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Old 21st June 2010, 02:32 PM   #21
SY is offline SY  United States
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Originally Posted by Conrad Hoffman View Post
I've always thought a path to ground is a good idea.
Why? It isn't like the top (friction) surface of the record is grounded. And most platters don't have conductive surfaces, either.
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Old 21st June 2010, 04:20 PM   #22
jlsem is offline jlsem  United States
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Correct me if I'm wrong, but on some of the Technics direct drive turntables the mat is a conductive rubber compound. And most of my friends (who have much better resources than myself) use Micro Seiki Cu180 copper mats on their SP-10 MkIIIs and swear by them. The static discharge wire from the headshell to ground is more often than not a pig in a poke. Of course they all have metal bearings so it may be a moot point.

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Old 21st June 2010, 05:01 PM   #23
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Well, even for a metal platter, the vinyl record itself is an insulator.
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Old 21st June 2010, 05:04 PM   #24
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Well, even for a metal platter, the vinyl record itself is an insulator.
What if the records gone gold or platinum?
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Old 21st June 2010, 05:51 PM   #25
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What if the records gone gold or platinum?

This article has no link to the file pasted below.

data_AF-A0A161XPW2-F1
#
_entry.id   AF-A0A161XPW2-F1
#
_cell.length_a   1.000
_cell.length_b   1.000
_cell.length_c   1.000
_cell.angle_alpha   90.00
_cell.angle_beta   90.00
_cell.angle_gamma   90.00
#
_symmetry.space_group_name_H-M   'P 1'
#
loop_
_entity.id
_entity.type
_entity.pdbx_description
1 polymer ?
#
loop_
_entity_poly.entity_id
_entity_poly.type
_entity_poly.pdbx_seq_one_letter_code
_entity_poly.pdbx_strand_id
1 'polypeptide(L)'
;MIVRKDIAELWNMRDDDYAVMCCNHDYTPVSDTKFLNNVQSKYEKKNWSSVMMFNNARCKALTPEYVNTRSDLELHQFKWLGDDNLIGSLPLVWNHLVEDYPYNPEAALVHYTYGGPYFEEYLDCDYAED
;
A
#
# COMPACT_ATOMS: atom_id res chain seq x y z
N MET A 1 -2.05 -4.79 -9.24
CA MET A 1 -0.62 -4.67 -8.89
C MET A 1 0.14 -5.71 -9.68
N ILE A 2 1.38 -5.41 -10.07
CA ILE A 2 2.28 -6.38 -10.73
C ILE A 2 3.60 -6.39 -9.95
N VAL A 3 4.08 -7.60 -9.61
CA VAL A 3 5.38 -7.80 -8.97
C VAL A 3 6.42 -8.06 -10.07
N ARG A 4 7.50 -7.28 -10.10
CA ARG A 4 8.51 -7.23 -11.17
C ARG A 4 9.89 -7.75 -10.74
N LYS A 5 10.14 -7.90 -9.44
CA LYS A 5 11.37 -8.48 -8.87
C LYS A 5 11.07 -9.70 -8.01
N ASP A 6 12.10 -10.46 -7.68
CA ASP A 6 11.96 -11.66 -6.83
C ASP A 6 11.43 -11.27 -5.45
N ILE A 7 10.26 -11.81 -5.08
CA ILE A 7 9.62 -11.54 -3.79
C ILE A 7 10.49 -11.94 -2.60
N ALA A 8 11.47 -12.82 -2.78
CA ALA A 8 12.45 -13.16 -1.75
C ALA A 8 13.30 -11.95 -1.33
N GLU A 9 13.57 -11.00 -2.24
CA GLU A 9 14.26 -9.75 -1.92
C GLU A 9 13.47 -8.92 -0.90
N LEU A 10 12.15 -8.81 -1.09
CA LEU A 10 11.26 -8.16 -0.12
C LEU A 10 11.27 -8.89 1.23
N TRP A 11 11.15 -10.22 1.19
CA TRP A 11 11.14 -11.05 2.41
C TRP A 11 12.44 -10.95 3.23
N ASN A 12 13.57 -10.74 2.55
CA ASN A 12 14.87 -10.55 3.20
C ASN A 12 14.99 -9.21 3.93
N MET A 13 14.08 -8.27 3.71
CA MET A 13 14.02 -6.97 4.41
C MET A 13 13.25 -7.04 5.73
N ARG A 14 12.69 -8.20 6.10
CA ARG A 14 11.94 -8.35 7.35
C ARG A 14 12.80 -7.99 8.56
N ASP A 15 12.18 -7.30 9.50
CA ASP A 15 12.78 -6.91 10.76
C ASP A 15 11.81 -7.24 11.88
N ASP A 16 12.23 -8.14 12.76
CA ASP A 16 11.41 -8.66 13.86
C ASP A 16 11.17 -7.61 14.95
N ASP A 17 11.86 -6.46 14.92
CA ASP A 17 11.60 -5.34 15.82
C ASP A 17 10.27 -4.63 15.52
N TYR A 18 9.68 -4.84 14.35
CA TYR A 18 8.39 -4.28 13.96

Then it's not vinyl anymore.
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Old 21st June 2010, 07:55 PM   #26
stevieg is offline stevieg  United Kingdom
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What force makes the platter mat stick to the record? If not static electricity?
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Old 21st June 2010, 09:20 PM   #27
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Sometimes static, more often plain old London forces.
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Old 22nd June 2010, 06:41 AM   #28
stevieg is offline stevieg  United Kingdom
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Would there be a difference in the noise made when peeling the felt mat away from the vinyl which could help me distinguish between static electricity and London forces?
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Old 22nd June 2010, 07:09 AM   #29
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Sounds like a losing battle here Sy. There's good evidence to show static build up on records either due to the belt drives acting like VDG's or through static build up from spinning in dry air.

If the vinyl is acting as an insulator and holding charge then surely all that needs to happen is for it to touch something grounded to earth- like the bearing spindle.
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Old 22nd June 2010, 09:26 AM   #30
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If the vinyl is acting as an insulator and holding charge then surely all that needs to happen is for it to touch something grounded to earth- like the bearing spindle.
That doesn't make sense to me. If the spindle is conductive, the only part of the vinyl that touches it is the center hole. Since the vinyl is nonconductive (i.e., near zero charge mobility), how would the charges from the rest of the vinyl get to the ground? Has someone actually published any evidence that static buildup is reduced when the spindle is grounded?
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